In war on poverty, early gains and a long stalemate
LBJ launched a major national battle 40 years ago this week.
WASHINGTON AND RALEIGH, N.C. — Sam Nicholson is broke. Things could be worse - he's got his own bed to sleep in, and food stamps help. But the retired cabbie's teeth need to come out, he's got little hope of seeing a dentist soon, and a cold wind is whistling outside Raleigh's Morgan Street soup kitchen.
That's an actual cold wind, not a metaphorical one. Lately temperatures in Raleigh have been unusually low.
"Matters are only getting worse in this country," says Mr. Nicholson. "People are losing jobs and can't afford medical help or insurance." Forty years ago this week, President Lyndon Baines Johnson declared an unconditional war on poverty in America. Today that war is not over, and there's a question as to whether the US or poverty has the upper hand.
Big-screen TVs are blowing out the doors of retailers, but 34 million Americans still live below the poverty line. The US GDP is roaring ahead, but the nation still has the worst child-poverty rate in the industrialized world. Still, some in the front ranks say they haven't given up hope. This is one fight where there may be a certain kind of victory in the struggle.
"If the question is, 'Are we winning this war?' I'd say yes," says retired lawyer Bob Slaughter, who cooks and serves at Morgan Street. ""Every day that one of these folks doesn't have to go hungry, we're winning."
In his State of the Union address on Jan. 8, 1964, LBJ both proposed a legislative program and challenged the country. The legislative war on poverty was to be a multipoint program aimed at getting Washington, the states, and local authorities to work together. It included a massive expansion of the food-stamp program, job training, youth employment, and special aid for Appalachia, among other things. Hospital insurance for the elderly - today's Medicare - was part of the effort.
The challenge was an appeal for cooperation at all levels of US politics to help solve a truly national problem. "If we fail ... then history will rightly judge us harshly," said Johnson.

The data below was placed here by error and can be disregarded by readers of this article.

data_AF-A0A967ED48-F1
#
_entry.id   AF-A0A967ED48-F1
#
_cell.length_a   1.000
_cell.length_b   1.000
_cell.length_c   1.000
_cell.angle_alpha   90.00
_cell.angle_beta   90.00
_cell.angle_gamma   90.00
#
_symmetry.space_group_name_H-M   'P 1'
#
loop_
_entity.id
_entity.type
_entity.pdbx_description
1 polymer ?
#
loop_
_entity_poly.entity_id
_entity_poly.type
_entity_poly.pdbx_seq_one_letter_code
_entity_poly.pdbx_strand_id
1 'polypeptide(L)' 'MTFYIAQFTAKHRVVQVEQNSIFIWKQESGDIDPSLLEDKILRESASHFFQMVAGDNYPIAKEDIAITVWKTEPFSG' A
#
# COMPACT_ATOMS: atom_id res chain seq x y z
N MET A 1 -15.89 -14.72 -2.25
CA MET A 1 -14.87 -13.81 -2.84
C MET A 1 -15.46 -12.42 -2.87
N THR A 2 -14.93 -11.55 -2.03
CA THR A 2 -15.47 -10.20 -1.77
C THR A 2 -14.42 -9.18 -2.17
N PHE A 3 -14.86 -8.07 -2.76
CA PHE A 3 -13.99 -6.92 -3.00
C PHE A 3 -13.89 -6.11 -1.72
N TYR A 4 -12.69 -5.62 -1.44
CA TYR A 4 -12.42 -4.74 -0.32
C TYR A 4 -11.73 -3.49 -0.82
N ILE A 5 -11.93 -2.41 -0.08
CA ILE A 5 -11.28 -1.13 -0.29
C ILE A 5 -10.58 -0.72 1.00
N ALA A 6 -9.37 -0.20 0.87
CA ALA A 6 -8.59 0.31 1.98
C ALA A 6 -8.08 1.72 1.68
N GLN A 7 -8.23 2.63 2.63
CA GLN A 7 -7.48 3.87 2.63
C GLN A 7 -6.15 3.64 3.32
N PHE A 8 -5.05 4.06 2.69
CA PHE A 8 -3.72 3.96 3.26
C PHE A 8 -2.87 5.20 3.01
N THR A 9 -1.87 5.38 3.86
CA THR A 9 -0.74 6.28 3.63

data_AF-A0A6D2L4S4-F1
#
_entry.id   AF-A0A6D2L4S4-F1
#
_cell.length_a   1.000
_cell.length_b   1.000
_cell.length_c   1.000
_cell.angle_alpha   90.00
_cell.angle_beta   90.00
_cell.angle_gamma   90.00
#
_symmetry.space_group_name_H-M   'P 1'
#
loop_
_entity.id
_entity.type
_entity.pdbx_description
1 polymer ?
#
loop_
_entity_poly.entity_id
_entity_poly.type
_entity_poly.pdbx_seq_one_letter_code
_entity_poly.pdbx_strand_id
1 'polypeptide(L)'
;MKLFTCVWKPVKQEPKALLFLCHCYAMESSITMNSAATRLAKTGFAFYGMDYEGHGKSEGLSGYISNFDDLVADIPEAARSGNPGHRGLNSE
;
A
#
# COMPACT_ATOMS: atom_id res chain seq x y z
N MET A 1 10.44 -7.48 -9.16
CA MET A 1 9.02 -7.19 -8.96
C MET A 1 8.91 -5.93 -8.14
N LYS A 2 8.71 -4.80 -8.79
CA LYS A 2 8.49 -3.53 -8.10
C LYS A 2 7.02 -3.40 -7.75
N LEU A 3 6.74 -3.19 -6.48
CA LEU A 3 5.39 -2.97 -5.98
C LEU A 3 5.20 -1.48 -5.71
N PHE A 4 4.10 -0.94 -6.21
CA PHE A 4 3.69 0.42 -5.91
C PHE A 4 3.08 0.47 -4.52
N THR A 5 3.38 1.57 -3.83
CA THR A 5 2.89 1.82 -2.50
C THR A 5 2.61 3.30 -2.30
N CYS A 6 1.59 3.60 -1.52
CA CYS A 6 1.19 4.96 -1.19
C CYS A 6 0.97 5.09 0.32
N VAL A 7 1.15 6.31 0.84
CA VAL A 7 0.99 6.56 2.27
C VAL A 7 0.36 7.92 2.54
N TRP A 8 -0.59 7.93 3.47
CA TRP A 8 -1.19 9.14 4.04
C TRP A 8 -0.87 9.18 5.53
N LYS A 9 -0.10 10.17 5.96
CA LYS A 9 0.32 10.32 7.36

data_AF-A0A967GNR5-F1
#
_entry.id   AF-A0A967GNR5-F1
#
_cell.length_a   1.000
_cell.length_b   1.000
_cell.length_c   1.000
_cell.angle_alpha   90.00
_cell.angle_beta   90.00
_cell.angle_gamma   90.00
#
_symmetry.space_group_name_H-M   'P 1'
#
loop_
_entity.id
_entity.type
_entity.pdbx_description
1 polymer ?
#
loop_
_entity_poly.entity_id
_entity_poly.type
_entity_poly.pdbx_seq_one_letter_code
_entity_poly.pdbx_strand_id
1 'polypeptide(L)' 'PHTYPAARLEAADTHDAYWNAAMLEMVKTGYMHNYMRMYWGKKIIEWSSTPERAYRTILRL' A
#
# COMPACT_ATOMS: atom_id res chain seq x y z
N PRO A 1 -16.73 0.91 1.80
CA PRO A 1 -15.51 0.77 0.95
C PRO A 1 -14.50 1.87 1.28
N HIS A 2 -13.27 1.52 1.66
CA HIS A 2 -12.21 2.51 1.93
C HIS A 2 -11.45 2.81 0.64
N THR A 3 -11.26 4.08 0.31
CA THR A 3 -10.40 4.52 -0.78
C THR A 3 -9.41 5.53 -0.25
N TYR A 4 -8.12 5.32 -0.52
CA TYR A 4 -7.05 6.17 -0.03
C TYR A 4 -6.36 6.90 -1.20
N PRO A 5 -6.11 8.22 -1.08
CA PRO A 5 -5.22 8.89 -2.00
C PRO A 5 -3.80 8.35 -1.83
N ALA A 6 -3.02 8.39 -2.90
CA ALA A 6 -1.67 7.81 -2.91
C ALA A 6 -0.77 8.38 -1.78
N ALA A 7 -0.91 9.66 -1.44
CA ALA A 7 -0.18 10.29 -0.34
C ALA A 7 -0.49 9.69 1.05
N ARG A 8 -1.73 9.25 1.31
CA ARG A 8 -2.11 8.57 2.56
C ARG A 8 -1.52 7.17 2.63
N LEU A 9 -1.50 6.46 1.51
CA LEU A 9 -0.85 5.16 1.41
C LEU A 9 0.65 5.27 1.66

Almost forgotten today is the fact that, at the same time he proposed a war on poverty, LBJ also pledged to reduce overall federal spending by $500 million, in an effort to win conservatives' votes.
Furthermore, he made his pitch at a time when poverty was actually declining, from 22.4 percent in 1959 to about 19 percent at the time of his address.
Still, the next few years saw the nation make its greatest gains since the end of the Depression against an intractable human problem. The poverty rate fell steadily for almost a decade, bottoming out at 11.1 percent in 1973.
And that was it. Since then, the poverty rate has seesawed up and down, largely following the state of the economy. It hit highs of 15.2 percent in 1983 and 15.1 percent in 1993. It declined in the go-go 1990s, then began rising again: In 2002, the latest full year for which the Census Bureau has figures, it was 12.1 percent. That's almost 35 million people in poverty, 12.1 million of them children.
Some parts of the Great Society war on poverty, such as Medicare, remain among modern US government's most popular and successful efforts. Others have withered away.
In fact, recent years have seen a major attitudinal shift in how Washington approaches the problem of driving down stubborn poverty numbers. Where LBJ's approach focused on cash assistance along with other benefits such as food stamps, today the main thrust of government programs is to get poor people into private-sector jobs.
Welfare reform, passed in 1996, is the symbol of this change. Under this bill, if aid recipients don't get a job within a certain time frame, they generally lose most cash benefits. Ten years on, welfare rolls have declined remarkably, though they've begun rising again in some states.
"The effects of reform are moderately clear at this point. They are overwhelmingly positive, if not entirely so," said Lawrence Mead, a New York University professor of politics, at a recent Brookings conference.
Yet the system presents tough new problems, such as how to raise the incomes of ex-welfare mothers in entry-level jobs, and how to get ex-welfare fathers more involved with their kids.
And as even Professor Mead noted, not all experts are satisfied with the perceived morality of the new system. At the same conference, Harvard public policy professor Mary Jo Bane - who resigned from the Clinton administration in protest over the '96 bill - said she did not object to pressuring the poor to work. She did object, she said, to how the safety net of other kinds of benefits, such as housing supports, was damaged in the process.
When it comes to helping the poor, said Professor Bane, morality demands that the government "err on the side of generosity."
Back at the Morgan Street soup kitchen, there's a festive air in the cafeteria, as groups huddle together and eat. It's not Paris, but there are magnolias on every table and music from an out-of-tune upright piano. Willard Duncan admits that many poor people are bitter about their plight. But not this Vietnam vet. "There's always more that people can do to help other people," he says. "I just thank God I was born in America."